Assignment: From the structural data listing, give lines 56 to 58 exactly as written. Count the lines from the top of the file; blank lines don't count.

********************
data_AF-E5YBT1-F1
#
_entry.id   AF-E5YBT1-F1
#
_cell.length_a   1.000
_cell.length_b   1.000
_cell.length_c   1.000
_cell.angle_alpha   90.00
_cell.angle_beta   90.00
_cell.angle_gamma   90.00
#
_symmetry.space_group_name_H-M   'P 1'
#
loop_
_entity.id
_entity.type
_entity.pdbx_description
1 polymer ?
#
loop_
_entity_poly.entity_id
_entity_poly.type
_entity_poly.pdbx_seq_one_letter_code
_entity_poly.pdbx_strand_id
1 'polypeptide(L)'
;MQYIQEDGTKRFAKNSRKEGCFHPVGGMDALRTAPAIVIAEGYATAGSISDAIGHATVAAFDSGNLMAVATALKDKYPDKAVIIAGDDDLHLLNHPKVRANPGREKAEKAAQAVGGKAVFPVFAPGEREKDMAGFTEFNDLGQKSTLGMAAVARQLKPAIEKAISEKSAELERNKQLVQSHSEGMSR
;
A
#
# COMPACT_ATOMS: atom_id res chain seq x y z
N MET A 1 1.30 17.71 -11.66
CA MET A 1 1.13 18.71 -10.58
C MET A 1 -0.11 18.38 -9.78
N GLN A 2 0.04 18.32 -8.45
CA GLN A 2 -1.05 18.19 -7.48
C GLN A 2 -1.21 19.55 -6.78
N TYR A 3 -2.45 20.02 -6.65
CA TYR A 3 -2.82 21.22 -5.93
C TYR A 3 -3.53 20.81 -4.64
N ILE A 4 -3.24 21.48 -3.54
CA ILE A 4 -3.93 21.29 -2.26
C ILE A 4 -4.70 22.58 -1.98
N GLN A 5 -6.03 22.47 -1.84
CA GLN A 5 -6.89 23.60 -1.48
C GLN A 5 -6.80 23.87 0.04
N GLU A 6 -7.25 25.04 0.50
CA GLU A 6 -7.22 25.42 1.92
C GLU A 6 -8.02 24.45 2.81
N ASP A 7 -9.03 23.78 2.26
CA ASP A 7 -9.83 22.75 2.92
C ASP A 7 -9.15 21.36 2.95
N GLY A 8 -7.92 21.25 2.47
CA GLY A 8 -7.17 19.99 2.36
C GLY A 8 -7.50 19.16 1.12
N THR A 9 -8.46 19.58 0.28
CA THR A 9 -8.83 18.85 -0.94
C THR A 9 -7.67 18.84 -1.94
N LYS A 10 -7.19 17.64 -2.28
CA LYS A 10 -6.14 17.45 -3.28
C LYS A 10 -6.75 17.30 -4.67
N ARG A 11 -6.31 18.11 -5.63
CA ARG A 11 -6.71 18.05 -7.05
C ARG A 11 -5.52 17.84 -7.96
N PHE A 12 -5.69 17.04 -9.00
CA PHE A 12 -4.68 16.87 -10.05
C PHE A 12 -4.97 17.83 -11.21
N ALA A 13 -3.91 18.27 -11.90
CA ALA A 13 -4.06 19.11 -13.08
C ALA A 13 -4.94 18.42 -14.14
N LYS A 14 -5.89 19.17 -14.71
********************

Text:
CA THR A 9 -8.83 18.85 -0.94
C THR A 9 -7.67 18.84 -1.94
N LYS A 10 -7.19 17.64 -2.28